Corpus overview


MeSH Disease

HGNC Genes

SARS-CoV-2 proteins

ProteinS1 (28)

ProteinS (17)

NSP5 (2)

NSP3 (2)

ComplexRdRp (2)


SARS-CoV-2 Proteins
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    Immunolocalization studies of vimentin HGNC and ACE2 HGNC on the surface of cells exposed to SARS-CoV-2 Spike MESHD SARS-CoV-2 Spike PROTEIN proteins

    Authors: Vasiliki Lalioti; Silvia González-Sanz; Irene Lois-Bermejo; Patricia González-Jiménez; Álvaro Viedma-Poyatos; Andrea Merino; María A Pajares; Dolores Pérez-Sala

    doi:10.1101/2021.05.04.442648 Date: 2021-05-04 Source: bioRxiv

    The Spike protein PROTEIN from SARS-CoV-2 mediates docking of the virus onto cells and contributes to viral invasion. Several cellular receptors are involved in SARS-CoV-2 Spike PROTEIN SARS-CoV-2 Spike MESHD docking at the cell surface, including ACE2 HGNC and neuropilin. The intermediate filament protein vimentin HGNC has been reported to be present at the surface of certain cells and act as a co-receptor for several viruses; furthermore, its potential involvement in interactions with Spike proteins PROTEIN has been proposed. Here we have explored the binding of Spike protein PROTEIN constructs to several cell types using low-temperature immunofluorescence approaches in live cells, to minimize internalization. Incubation of cells with tagged Spike S MESHD or Spike S1 subunit PROTEIN led to discrete dotted patterns at the cell surface, which showed scarce colocalization with a lipid raft marker, but consistent coincidence with ACE2 HGNC. Under our conditions, vimentin HGNC immunoreactivity appeared as spots or patches unevenly distributed at the surface of diverse cell types. Remarkably, several observations including potential antibody internalization and adherence to cells of vimentin HGNC-positive structures present in the extracellular medium exposed the complexity of vimentin HGNC cell surface immunoreactivity, which requires careful assessment. Notably, overall colocalization of Spike and vimentin HGNC signals markedly varied with the cell type and the immunodetection sequence. In turn, vimentin HGNC-positive spots moderately colocalized with ACE2 HGNC; however, a particular enrichment was detected at elongated structures positive for acetylated tubulin, consistent with primary cilia, which also showed Spike binding. Thus, these results suggest that vimentin HGNC- ACE2 HGNC interaction could occur at selective locations near the cell surface, including ciliated structures, which can act as platforms for SARS-CoV-2 docking.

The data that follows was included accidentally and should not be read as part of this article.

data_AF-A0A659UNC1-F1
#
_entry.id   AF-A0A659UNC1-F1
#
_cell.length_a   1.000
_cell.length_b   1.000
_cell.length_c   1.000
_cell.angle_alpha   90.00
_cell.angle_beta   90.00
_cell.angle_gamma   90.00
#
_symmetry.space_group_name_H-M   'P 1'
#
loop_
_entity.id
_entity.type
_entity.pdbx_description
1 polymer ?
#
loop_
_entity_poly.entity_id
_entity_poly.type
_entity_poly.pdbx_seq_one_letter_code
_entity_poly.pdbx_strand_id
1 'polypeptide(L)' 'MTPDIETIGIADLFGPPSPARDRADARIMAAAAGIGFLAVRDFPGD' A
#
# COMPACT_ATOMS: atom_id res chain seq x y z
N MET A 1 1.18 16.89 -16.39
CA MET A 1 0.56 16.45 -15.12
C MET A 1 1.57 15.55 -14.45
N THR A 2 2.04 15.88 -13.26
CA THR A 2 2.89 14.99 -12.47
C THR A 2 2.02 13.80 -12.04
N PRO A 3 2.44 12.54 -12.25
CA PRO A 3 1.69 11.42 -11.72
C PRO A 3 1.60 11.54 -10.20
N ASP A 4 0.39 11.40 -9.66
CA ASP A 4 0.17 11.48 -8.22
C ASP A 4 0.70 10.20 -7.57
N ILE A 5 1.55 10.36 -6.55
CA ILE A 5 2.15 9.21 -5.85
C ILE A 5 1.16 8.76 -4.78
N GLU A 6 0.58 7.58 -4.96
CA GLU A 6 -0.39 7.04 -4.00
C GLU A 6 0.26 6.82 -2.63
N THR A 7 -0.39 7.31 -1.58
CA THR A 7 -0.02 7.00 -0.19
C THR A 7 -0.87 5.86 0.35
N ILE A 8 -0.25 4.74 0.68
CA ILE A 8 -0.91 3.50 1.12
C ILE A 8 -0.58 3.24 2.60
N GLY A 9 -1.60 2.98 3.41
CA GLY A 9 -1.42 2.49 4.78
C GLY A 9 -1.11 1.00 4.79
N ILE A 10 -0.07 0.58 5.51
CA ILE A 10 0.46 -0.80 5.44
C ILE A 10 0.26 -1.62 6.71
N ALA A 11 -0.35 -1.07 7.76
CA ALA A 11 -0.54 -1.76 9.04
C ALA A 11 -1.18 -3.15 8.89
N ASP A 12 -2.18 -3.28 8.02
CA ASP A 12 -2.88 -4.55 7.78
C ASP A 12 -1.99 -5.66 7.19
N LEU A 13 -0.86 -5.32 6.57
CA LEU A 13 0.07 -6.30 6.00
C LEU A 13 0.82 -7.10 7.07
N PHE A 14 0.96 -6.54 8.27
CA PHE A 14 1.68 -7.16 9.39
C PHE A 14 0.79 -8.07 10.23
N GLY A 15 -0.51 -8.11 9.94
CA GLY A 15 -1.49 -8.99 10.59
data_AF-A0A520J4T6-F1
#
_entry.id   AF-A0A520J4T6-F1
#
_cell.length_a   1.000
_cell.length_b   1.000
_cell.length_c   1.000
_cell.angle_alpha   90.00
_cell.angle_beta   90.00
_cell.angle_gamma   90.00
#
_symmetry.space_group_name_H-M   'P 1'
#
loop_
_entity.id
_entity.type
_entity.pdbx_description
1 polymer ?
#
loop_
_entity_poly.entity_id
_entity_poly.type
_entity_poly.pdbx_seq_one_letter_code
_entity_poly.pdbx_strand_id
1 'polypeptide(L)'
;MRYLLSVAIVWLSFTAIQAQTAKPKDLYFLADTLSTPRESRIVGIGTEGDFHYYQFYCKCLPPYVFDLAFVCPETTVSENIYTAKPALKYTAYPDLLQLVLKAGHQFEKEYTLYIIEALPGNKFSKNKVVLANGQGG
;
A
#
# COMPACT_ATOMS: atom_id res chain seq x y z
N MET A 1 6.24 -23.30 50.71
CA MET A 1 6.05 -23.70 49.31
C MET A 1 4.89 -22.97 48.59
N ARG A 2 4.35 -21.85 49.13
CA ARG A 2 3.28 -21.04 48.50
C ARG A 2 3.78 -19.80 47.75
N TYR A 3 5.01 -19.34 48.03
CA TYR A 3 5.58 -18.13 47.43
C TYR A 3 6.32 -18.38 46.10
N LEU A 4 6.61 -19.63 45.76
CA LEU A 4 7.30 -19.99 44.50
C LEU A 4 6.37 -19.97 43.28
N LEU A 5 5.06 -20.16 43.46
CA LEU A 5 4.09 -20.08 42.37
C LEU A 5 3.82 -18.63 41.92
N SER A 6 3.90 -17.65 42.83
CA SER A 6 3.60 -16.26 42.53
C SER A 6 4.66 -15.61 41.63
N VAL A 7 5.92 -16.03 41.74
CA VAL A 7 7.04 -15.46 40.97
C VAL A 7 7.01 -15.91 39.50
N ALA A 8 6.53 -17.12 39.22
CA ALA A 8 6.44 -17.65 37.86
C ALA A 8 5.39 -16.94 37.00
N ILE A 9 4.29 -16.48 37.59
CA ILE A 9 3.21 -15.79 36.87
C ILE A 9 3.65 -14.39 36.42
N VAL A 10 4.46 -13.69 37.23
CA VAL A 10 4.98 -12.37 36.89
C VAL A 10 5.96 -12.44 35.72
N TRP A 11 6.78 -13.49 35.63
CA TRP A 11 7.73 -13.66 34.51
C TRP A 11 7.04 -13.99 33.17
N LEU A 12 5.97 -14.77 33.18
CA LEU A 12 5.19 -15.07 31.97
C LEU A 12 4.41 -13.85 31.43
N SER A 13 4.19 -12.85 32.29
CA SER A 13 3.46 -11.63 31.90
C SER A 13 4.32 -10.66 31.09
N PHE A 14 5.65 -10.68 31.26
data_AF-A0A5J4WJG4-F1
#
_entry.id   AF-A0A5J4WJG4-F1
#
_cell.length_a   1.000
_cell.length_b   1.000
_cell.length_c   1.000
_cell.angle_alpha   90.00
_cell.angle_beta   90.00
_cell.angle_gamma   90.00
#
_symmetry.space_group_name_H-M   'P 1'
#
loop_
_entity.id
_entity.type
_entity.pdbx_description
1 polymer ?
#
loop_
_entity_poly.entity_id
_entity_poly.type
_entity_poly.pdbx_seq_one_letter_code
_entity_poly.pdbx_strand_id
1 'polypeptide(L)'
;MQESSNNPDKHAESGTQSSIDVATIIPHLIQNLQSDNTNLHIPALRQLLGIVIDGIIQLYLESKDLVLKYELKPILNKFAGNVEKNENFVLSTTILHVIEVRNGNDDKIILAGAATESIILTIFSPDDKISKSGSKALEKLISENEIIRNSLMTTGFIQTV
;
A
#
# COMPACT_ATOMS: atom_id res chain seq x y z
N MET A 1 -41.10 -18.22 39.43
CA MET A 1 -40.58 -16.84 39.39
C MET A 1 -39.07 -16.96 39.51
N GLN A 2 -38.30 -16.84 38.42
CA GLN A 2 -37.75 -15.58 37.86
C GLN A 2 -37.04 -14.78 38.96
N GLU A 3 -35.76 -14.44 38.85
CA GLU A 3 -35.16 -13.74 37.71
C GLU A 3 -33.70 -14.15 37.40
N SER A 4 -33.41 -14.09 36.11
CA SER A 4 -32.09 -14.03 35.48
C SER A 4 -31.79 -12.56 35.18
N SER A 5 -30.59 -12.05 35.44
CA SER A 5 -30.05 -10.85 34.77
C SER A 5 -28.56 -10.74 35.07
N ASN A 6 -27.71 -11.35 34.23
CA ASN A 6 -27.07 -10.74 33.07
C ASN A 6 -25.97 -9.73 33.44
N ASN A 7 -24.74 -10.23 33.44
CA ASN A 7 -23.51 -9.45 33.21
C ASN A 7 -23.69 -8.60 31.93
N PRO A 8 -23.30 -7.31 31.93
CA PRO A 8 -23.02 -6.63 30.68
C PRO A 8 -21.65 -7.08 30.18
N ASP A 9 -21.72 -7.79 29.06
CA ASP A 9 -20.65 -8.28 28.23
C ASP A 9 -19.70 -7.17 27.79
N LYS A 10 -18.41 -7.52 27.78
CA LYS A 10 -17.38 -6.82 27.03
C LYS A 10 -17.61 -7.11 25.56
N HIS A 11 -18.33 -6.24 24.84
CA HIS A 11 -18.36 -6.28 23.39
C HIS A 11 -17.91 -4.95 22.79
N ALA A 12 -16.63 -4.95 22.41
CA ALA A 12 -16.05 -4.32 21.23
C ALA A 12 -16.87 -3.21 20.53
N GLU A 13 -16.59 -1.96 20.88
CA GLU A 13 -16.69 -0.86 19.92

Convergent antibody responses to the SARS-CoV-2 spike PROTEIN protein in convalescent and vaccinated individuals

    Authors: Elaine C. Chen; Pavlo Gilchuk; Seth J. Zost; Naveenchandra Suryadevara; Emma S. Winkler; Carly R. Cabel; Elad Binshtein; Rachel E. Sutton; Jessica L. Rodriguez; Samuel Day; Luke Myers; Andrew Trivette; Jazmean K. Williams; Edgar Davidson; Shuaizhi Li; Benjamin J. Doranz; Samuel K. Campos; Robert H. Carnahan; Curtis A. Thorne; Michael S. Diamond; James E. Crowe Jr.

    doi:10.1101/2021.05.02.442326 Date: 2021-05-03 Source: bioRxiv

    Unrelated individuals can produce genetically similar clones of antibodies, known as public clonotypes, which have been seen in responses to different infectious diseases MESHD as well as healthy individuals. Here we identify 37 public clonotypes in memory B cells from convalescent survivors of SARS-CoV-2 infection MESHD or in plasmablasts from an individual after vaccination with mRNA-encoded spike protein PROTEIN. We identified 29 public clonotypes, including clones recognizing the receptor-binding domain (RBD) in the spike protein S1 PROTEIN subunit (including a neutralizing, ACE2 HGNC-blocking clone that protects in vivo), and others recognizing non-RBD epitopes that bound the heptad repeat 1 region of the S2 domain. Germline-revertant forms of some public clonotypes bound efficiently to spike protein PROTEIN, suggesting these common germline-encoded antibodies are preconfigured for avid recognition. Identification of large numbers of public clonotypes provides insight into the molecular basis of efficacy of SARS-CoV-2 vaccines and sheds light on the immune pressures driving the selection of common viral escape mutants.